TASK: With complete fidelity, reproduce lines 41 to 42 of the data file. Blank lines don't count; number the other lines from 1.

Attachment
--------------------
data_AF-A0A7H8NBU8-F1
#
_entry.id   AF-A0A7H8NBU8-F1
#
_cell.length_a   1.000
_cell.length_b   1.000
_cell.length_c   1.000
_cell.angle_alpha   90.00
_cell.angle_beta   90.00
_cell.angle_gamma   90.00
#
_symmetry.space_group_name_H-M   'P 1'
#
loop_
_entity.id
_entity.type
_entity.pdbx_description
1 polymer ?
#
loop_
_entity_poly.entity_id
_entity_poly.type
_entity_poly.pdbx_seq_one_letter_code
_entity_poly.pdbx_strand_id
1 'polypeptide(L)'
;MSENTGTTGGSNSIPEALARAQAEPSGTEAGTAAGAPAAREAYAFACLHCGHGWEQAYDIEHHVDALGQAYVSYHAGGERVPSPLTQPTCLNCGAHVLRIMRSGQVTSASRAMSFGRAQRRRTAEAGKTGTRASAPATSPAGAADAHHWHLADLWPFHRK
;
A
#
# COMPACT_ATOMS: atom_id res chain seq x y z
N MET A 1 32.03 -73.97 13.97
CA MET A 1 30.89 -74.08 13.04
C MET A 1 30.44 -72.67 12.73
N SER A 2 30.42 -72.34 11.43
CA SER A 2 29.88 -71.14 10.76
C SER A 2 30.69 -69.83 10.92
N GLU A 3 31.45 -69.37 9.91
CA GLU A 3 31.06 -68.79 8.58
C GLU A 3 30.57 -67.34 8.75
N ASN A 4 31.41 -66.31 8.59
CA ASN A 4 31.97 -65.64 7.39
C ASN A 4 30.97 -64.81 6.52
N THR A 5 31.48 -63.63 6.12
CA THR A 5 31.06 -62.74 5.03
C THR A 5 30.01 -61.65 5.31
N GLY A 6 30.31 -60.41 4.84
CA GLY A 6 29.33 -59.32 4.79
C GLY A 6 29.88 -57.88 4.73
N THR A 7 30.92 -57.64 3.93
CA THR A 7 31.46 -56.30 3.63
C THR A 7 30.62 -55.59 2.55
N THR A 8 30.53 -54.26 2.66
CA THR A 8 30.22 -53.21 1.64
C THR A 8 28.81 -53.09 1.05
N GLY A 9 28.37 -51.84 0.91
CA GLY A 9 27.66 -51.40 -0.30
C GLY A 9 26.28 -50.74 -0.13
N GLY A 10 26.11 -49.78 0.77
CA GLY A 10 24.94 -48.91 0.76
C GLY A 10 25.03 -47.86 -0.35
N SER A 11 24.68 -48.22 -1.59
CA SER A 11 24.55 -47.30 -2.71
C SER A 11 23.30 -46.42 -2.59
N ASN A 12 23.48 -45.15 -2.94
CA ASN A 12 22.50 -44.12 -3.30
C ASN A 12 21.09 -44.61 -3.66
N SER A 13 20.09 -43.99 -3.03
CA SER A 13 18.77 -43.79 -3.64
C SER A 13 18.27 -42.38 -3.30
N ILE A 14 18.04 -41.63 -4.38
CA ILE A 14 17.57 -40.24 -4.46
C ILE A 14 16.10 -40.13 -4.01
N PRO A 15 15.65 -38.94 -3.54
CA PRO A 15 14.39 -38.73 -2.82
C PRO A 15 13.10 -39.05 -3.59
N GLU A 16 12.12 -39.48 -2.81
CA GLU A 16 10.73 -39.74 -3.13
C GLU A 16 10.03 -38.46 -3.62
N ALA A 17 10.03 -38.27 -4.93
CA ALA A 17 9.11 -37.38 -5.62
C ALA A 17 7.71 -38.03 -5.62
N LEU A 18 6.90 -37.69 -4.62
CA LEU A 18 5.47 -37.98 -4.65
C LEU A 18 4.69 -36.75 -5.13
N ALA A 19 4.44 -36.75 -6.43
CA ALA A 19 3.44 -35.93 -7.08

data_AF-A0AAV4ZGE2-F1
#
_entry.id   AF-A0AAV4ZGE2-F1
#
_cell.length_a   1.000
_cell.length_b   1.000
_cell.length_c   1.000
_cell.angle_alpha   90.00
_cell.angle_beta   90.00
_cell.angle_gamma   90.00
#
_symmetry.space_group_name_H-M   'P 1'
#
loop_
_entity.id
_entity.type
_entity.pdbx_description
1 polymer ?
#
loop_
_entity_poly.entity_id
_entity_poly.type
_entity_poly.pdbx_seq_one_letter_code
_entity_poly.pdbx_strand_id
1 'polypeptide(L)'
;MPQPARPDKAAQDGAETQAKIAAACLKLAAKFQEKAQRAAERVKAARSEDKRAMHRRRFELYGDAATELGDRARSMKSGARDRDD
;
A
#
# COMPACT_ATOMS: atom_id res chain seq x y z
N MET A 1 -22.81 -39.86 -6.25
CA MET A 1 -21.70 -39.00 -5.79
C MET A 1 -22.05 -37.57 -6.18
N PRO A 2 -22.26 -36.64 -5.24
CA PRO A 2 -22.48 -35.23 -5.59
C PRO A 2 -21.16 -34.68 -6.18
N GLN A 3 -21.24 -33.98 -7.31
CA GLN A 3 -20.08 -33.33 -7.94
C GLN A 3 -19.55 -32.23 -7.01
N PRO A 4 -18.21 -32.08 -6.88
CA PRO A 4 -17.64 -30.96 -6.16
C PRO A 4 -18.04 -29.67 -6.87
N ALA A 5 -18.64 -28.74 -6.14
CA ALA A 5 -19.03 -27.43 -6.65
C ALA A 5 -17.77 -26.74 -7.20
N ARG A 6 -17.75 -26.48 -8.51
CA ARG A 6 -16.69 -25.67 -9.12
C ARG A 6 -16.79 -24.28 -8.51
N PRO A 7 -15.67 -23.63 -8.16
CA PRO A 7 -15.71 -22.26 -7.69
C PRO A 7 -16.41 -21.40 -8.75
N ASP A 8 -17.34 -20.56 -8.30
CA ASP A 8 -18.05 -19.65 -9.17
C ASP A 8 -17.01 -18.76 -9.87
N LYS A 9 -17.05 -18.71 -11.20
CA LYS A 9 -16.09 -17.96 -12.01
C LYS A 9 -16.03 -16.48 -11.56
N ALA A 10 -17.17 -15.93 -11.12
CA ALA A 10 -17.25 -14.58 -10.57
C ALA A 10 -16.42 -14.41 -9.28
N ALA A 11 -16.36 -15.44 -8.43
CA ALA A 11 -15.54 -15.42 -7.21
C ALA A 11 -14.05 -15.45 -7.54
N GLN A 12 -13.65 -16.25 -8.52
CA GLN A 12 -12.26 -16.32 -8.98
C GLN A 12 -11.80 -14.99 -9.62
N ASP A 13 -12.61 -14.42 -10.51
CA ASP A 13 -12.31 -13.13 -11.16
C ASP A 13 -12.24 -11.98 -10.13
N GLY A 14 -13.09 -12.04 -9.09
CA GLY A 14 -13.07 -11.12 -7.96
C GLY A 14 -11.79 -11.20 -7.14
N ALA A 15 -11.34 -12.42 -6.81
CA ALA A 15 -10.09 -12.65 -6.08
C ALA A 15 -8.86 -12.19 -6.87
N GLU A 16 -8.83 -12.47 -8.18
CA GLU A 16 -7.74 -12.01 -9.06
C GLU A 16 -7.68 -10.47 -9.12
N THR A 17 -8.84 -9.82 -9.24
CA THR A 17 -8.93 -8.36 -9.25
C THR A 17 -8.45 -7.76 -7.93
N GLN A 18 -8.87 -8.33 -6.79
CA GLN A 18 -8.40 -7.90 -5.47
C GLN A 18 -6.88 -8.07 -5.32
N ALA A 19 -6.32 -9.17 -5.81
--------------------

CA ASN A 4 31.97 -65.64 7.39
C ASN A 4 30.97 -64.81 6.52